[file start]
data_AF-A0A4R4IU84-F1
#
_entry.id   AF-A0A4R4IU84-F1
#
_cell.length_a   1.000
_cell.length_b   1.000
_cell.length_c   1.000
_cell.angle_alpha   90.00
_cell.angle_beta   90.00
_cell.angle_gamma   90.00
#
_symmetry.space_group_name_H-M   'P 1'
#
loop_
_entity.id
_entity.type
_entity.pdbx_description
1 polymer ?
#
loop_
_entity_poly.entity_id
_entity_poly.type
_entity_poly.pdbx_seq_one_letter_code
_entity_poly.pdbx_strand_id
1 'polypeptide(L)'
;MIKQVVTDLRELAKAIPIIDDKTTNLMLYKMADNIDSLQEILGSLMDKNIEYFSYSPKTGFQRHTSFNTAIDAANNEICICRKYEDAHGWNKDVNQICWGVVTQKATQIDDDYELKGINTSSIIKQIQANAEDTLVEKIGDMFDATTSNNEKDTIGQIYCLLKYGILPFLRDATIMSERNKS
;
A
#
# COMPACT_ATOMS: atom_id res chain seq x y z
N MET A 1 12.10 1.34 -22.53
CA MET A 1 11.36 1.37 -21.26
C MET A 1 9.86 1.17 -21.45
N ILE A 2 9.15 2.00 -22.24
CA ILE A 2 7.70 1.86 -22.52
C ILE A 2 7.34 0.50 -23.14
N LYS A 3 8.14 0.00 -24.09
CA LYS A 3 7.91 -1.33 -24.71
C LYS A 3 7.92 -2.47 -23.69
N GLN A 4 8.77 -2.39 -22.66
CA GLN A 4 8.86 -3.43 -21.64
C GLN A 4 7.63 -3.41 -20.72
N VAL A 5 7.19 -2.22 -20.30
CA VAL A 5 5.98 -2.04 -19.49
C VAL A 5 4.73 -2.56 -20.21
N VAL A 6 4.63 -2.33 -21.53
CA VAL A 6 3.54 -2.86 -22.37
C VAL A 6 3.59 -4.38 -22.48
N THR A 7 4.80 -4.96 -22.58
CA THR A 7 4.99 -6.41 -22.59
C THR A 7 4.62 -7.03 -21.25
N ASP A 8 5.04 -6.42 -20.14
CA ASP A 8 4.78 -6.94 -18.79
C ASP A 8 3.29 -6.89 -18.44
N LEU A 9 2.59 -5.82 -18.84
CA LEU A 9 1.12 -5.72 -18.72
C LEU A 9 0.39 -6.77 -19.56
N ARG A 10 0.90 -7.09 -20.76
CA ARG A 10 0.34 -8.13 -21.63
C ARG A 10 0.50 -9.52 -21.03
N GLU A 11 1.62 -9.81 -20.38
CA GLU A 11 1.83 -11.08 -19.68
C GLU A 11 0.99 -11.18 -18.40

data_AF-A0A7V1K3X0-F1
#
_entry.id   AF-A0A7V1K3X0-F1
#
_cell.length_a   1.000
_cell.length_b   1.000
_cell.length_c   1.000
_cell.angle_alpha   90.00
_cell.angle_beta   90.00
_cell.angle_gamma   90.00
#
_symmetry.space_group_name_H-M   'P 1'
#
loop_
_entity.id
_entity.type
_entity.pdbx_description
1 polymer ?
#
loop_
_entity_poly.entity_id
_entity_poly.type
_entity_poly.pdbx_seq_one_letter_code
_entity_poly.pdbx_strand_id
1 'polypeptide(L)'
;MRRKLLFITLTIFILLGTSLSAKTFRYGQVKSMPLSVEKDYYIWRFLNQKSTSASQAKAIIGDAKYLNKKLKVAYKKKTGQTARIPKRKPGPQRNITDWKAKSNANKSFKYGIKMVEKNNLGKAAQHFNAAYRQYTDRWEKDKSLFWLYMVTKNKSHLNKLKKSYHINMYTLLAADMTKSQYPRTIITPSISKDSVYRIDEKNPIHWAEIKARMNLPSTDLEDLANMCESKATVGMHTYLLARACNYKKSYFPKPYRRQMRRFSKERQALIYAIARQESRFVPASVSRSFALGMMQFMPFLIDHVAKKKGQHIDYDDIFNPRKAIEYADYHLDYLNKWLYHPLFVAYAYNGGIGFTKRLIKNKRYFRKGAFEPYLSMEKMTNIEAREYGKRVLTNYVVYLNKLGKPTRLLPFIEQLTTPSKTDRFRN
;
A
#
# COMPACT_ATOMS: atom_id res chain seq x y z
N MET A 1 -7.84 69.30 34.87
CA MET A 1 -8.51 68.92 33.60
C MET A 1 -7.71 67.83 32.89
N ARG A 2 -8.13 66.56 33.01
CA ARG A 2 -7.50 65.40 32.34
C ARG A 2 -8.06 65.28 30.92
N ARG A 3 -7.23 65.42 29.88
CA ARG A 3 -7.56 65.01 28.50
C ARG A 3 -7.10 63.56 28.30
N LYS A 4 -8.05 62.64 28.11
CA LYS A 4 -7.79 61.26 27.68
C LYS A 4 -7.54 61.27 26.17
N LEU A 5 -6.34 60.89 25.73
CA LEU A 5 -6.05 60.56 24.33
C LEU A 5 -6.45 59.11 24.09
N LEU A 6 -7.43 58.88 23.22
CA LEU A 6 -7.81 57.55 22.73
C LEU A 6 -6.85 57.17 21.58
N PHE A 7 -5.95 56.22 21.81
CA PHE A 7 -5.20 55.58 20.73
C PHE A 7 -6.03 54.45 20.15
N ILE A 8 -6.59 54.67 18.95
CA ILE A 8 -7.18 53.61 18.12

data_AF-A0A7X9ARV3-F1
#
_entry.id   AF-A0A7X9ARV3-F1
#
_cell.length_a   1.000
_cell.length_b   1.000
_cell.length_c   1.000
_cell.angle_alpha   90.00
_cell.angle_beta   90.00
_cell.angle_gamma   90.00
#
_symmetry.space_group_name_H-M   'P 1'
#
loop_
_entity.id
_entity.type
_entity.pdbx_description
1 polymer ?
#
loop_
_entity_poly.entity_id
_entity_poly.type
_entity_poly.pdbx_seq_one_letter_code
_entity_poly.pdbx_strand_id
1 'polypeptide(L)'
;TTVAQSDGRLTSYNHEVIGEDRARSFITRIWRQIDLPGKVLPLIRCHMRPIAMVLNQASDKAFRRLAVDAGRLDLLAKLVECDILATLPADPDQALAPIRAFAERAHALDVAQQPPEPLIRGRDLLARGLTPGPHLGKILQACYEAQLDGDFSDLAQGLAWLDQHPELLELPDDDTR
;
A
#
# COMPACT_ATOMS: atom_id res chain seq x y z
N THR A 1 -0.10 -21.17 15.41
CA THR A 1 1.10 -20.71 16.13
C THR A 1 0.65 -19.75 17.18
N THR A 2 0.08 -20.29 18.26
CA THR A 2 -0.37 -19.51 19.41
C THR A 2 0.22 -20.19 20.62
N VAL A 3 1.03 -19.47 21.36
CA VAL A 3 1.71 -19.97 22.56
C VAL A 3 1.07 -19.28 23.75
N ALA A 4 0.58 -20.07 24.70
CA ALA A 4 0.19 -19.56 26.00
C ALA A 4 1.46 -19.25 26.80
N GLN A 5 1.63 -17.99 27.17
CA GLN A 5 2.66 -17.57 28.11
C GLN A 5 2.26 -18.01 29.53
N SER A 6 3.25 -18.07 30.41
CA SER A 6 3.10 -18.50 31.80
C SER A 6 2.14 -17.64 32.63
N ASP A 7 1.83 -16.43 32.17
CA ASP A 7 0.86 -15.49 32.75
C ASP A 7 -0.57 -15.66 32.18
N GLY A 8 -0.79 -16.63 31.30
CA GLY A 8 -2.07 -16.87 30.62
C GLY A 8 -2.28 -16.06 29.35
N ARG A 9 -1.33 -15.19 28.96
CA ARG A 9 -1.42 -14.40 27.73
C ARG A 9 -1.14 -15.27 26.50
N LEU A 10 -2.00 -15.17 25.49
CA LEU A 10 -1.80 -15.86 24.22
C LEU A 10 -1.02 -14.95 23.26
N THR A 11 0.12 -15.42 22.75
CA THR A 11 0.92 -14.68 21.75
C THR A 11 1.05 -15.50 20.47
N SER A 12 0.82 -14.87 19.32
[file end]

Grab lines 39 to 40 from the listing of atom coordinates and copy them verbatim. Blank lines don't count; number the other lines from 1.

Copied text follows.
C LYS A 3 7.92 -2.47 -23.69
N GLN A 4 8.77 -2.39 -22.66